J. Farey. To the Editor of the Monthly Magazine. To the Editor of the Monthly Magazine.

SIR, SIR, Y your valuable Miscellany of Fc- Nyour number for March, (p. 137) I

am " Inquilitor," aiks “ what prince or po- whole apology thall be a fimple statetentate first addresied himself to his fub- ment of plain facis. jeats in the plural number, as we always The blue corer of last November ice in Proclamations."

Magazine, (vol. xxii. p. 549,) announces With respect to this point, Bishop a “ Detence of Earl 'Stanhope's System Nicolson, in his list. Lib. p. 146, says, on of tuning Piano-Fortes." But in the the authority of Coke's Intiit. that, the ellay itself the author proposes a fourth firit of our kings, who wrote in the plural way of dividing the octave; in opposition number, was hing John ; his predecetfors to the great principle of Earl Stanhope, writing in the fingular. They used cgo which is to make the key of C, as perfect in their grants: and this king, with thole as potlible. This fonrth system rejects that followed him nos."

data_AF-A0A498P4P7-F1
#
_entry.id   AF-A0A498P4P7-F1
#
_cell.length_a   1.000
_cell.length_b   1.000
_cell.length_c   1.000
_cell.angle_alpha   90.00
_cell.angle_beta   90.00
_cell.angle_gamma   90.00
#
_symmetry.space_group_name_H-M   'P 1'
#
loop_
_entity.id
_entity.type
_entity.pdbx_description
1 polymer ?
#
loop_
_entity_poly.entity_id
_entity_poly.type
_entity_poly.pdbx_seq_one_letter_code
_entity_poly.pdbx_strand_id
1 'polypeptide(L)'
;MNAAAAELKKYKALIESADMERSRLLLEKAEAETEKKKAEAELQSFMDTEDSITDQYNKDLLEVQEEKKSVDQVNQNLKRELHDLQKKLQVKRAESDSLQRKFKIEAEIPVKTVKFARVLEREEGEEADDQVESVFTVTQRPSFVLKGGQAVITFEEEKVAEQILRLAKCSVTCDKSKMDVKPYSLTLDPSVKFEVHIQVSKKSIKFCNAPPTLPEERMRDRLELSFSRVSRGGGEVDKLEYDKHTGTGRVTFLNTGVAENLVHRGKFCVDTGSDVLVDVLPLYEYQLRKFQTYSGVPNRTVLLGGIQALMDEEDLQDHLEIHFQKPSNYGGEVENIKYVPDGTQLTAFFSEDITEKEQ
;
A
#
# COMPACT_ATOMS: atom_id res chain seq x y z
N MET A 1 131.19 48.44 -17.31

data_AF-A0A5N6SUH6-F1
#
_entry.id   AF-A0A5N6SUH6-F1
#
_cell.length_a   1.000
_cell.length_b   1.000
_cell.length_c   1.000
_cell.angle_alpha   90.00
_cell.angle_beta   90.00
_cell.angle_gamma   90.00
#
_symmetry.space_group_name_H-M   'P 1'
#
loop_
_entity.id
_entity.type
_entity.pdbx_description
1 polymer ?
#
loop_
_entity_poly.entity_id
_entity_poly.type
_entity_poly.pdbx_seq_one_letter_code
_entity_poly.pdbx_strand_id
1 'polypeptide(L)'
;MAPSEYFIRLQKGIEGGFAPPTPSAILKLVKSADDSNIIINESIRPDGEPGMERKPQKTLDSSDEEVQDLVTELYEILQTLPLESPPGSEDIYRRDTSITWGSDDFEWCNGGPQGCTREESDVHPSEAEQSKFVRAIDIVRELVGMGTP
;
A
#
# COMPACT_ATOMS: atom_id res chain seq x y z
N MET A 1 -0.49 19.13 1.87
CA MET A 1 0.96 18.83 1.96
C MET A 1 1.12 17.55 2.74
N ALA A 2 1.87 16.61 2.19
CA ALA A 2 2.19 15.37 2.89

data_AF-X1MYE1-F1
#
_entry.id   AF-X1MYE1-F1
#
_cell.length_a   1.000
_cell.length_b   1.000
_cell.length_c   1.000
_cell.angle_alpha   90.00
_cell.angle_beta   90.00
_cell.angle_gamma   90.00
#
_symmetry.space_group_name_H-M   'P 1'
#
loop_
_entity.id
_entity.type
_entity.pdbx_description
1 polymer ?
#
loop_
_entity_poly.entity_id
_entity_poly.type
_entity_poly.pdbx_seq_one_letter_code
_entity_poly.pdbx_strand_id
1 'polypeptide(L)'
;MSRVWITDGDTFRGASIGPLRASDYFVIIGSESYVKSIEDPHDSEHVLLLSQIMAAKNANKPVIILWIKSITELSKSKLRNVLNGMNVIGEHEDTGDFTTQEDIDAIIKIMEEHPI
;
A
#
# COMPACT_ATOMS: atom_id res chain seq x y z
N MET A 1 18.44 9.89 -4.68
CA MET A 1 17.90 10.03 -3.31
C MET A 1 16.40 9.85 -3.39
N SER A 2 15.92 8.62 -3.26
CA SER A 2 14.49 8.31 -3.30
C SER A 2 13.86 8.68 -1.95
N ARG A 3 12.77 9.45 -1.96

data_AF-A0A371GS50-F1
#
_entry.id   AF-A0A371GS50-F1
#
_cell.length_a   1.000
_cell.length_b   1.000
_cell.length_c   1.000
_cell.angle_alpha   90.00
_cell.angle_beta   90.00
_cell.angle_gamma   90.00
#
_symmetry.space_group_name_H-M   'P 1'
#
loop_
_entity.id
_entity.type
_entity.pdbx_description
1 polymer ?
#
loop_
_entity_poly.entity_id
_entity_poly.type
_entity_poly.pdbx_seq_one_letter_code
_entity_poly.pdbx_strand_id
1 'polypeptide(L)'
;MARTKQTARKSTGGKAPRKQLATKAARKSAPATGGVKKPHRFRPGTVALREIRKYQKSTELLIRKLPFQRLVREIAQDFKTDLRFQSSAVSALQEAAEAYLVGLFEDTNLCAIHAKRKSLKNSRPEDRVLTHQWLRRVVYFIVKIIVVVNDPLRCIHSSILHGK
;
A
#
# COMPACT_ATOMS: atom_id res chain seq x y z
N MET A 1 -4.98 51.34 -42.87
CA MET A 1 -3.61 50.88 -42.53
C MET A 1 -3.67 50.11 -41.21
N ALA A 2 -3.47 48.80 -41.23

the biequal tbird of E-G harp, by I heg leave to observe, that upon in- making ( one sensibiequal third, vestigation, I find this opinion to be in- and the E--G 1harp another; leaving Correct: fór in an edict of William the the A tiat to C exactly as in the StanConqueror (printed in vol. 1, of Rapin's hope fysem: and hence the beauty of II-t.) the plural number is uted, through- C-E is entirely destroyed. out-liatuimus, volumus, &c. But in To find oui, or to invent, are to me another charter of the famne king, in- terins vitnilar import, and whether the lerted in the Formulare Angl. p. 36, the four projetitions I quoted (or misrepreLingnlar is used. All the charters of sented, contain real information, I hall, Hen. I. avd II. without exception, ap- alter fairly stating the lenses in which I pear to be addressed in the tingular nun- undertiand them, leave to the discernber.-Sec Porinulare Angl. p. 57, No. 64, meut of impartial readers. and Monast. Angl. vol. i, 78?- 1. Earl Stunhope's System is clear and * Scintis me dedilje." hing Stephen, perfpicuouts. It is fo doubiless to those allo, in every instance utes the fingular. who are both mathematicians and muSec Monaft. angl. vol.. i, p. 770, and ficians; but bow many persons unite Porn, Angl. p. 40, No. 68. On the these two characters, is a question to other hand, Richard I. feems invariably which I can give no answer. to speak iu the plurid_< Sciatis nos con- II. It is a veu discover y, Tierce Wolves crsille".-See Form. Angl. p. 51; Rymer, erceptuil. Kirnberger, like Earl Stanvol. i, p. 05 and 30; Monat. Angl. hope, makes bis C-E a perfect third. vol. i. p. 782.